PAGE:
Sep 30, 2010
End of road for National Stadium
Demolition finally begins on 37-year-old arena after three-year delay
Demolition machines (above) starting to tear down the iconic 37-year-old stadium yesterday. The demolition works will be completed by March next year. The stadium, which hosted three SEA Games and 18 National Day Parades, will make way for the $1.33 billion Sports Hub, slated to open in April 2014. -- ST PHOTO: RAJ NADARAJAN
THE first slabs of concrete fell at the National Stadium yesterday, as construction of the long-awaited Singapore Sports Hub finally got under way.
Three years after the works were originally slated to begin and nine years after the idea was first mooted, four demolition machines set about tearing down the iconic 37-year-old stadium.
Delivering the cue for the demolition at the official ground-breaking ceremony yesterday was Minister for Community Development, Youth and Sports Vivian Balakrishnan.
He was joined by about 100 invited guests, many of whom were former local sports stars who enjoyed their heyday at the Kallang arena. Some, like former sprint queen Glory Barnabas, held back tears as the famous grey grandstand was reduced to rubble and dust.
'It was here that I beat the Burmese girl (Than Than) in a photo finish,' she recalled, referring to her women's 200m victory at the 1973 South-east Asian Peninsular Games. 'I feel a tinge of sadness, even though I know it's for the better.'
The stadium, which hosted three SEA Games and 18 National Day Parades, will make way for the $1.33 billion Sports Hub, slated to open in April 2014.
The centrepiece of the integrated facility is a 55,000-seat stadium with a retractable roof. Other key features include a 6,000-capacity indoor Aquatic Centre, a water sports centre, and 41,000 sq m of commercial space.
The project had been hit by repeated delays due to rising construction costs and financing constraints caused by the 2008 economic crisis.
Its completion date was pushed back four times - from this year to next year, 2012 and then 2013, before the current projected date of April 2014. The postponements meant that Singapore had to give up its hosting rights for the 2013 SEA Games.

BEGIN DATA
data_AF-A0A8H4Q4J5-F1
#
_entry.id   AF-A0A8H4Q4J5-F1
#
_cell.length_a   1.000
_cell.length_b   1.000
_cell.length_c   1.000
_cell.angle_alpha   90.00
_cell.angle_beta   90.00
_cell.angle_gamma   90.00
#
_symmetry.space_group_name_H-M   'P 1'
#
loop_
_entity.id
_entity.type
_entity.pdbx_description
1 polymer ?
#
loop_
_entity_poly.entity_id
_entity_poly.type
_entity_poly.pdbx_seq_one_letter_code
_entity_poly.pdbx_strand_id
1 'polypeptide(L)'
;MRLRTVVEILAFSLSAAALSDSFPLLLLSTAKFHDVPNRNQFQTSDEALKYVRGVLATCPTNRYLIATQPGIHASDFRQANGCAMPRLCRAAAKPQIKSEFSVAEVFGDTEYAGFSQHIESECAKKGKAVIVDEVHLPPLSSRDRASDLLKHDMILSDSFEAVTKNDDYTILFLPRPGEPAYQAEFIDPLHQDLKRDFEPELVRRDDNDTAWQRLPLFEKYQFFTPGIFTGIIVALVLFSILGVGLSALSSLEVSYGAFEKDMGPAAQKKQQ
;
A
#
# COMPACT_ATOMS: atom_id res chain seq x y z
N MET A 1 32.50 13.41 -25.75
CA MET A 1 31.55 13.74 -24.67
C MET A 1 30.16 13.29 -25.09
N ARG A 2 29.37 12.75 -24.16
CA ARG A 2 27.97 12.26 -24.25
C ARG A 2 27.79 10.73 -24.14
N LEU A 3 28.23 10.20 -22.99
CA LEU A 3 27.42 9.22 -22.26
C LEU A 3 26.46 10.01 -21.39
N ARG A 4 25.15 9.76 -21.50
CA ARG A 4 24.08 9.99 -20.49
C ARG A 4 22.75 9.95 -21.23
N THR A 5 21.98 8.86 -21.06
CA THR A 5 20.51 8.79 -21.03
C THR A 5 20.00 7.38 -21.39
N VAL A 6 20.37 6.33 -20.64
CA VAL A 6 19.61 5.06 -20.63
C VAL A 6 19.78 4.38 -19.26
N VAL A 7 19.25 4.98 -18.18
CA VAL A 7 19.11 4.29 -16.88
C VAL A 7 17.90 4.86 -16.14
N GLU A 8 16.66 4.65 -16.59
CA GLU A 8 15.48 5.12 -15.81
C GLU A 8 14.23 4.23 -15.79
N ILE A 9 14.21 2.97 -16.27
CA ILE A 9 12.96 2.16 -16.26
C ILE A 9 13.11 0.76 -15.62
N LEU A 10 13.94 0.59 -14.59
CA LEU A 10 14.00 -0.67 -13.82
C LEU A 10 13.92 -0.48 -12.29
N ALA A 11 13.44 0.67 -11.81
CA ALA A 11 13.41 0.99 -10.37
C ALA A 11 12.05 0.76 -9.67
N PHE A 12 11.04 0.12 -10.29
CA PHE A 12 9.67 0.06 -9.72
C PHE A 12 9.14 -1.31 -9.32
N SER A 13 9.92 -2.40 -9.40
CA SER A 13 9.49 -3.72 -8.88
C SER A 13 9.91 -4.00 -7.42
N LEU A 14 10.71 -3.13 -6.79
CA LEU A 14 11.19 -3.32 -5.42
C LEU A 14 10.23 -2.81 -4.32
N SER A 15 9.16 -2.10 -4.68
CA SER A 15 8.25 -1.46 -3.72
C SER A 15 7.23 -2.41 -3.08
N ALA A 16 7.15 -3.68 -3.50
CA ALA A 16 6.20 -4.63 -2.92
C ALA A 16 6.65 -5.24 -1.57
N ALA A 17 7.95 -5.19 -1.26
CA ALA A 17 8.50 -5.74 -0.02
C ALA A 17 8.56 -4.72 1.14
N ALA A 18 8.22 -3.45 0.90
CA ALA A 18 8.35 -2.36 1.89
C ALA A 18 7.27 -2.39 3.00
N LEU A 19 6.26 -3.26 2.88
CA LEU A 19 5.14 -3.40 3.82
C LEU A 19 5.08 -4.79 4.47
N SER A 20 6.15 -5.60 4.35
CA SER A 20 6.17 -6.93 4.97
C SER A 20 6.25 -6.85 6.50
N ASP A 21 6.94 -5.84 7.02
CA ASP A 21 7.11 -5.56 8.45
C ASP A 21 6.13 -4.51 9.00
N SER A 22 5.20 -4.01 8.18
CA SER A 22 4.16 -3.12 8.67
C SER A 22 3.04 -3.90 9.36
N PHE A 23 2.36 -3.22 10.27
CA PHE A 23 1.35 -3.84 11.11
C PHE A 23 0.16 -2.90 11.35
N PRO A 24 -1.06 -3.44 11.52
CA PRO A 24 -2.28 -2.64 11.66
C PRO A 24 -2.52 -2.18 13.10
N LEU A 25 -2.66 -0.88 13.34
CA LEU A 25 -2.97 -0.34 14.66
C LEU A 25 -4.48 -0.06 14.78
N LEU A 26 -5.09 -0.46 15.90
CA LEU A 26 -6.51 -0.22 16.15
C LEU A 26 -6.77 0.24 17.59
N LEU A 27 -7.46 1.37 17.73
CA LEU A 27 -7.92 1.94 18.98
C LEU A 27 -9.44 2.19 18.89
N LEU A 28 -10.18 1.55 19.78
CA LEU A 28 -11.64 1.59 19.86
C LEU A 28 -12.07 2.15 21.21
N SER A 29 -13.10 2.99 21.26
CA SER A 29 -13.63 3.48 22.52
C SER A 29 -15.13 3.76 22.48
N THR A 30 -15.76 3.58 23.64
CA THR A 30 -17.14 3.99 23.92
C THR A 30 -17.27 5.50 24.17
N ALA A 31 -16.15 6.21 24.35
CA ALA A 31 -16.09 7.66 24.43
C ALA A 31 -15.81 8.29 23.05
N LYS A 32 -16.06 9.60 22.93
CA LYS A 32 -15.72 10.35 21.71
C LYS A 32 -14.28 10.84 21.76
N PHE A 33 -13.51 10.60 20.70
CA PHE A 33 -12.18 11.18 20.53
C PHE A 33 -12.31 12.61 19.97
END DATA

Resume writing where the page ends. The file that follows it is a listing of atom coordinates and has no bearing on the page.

But Singapore Sports Council chairman Alex Chan said the delays, while regrettable, gave the planners more time to improve on the Sports Hub's original design.
'The team sorted out a lot of the technical concepts and that's a big plus,' he said.
'It is my belief that we are in a much stronger shape, both from a design and concept standpoint and also (in terms of) the people who are backing the project (financially).'
The improvements include providing better access between buildings, enhancing the road network around the Sports Hub, and refining the design of the stadium's roof and retractable seats.
The Singapore Sports Hub Consortium (SSHC), which won the bid in 2007 to design, build and manage the facility, said yesterday that demolition works will be completed by March next year.
When the stadium opens its doors in 2014, a sports and entertainment festival lasting several weeks will be held to mark the occasion.
Thereafter, there will be a year-round series of events to keep the Sports Hub humming, and these may include an Asean Football League and Twenty20 cricket matches.
Said Mr Ludwig Reichhold, managing director of Dragages Singapore, which heads the SSHC: 'The old National Stadium was an icon in its own right - where many of Singapore's best memories were made.
'We can only aim to better this with the completion of what will be another national - and hopefully international - landmark, a place Singaporeans can look on with pride.'
Sep 30, 2010
New book chronicles history of 'Grand Old Dame'
IN ITS 37 years of service to Singapore, it was known affectionately as the Grand Old Dame. But those fretting at the prospect of losing a piece of history as the National Stadium makes way for the future need not worry.
Even as the first blocks of concrete fell from its grey walls yesterday, its memories have been immortalised in the book The Dream Lives On.
It was launched during yesterday's ground-breaking ceremony for the much-anticipated Singapore Sports Hub.
Built in 1973 to the tune of $50 million, the national icon, which has hosted 18 National Day Parades and countless events in the past, has been captured in vivid detail by the book's author, Mr Godfrey Robert.
Said Mr Robert, 63, a former sports editor of The Straits Times who is currently The New Paper's consulting editor (sports): 'When I was approached to write the book, I gladly accepted it because I wanted to tell the stories from my heart... it was written with a sporting passion, not just from a spectator's point of view but also as participant in some of its activities.'
The coffee table book also chronicles the lives of sporting stars who have graced its hallowed premises, including 1960 Olympic silver medallist Tan Howe Liang and Singapore's favourite footballing son, Fandi Ahmad. Priced at $20, the book will be on sale at selected Singapore Sports Council sports and recreation centres.
LEE MIN KOK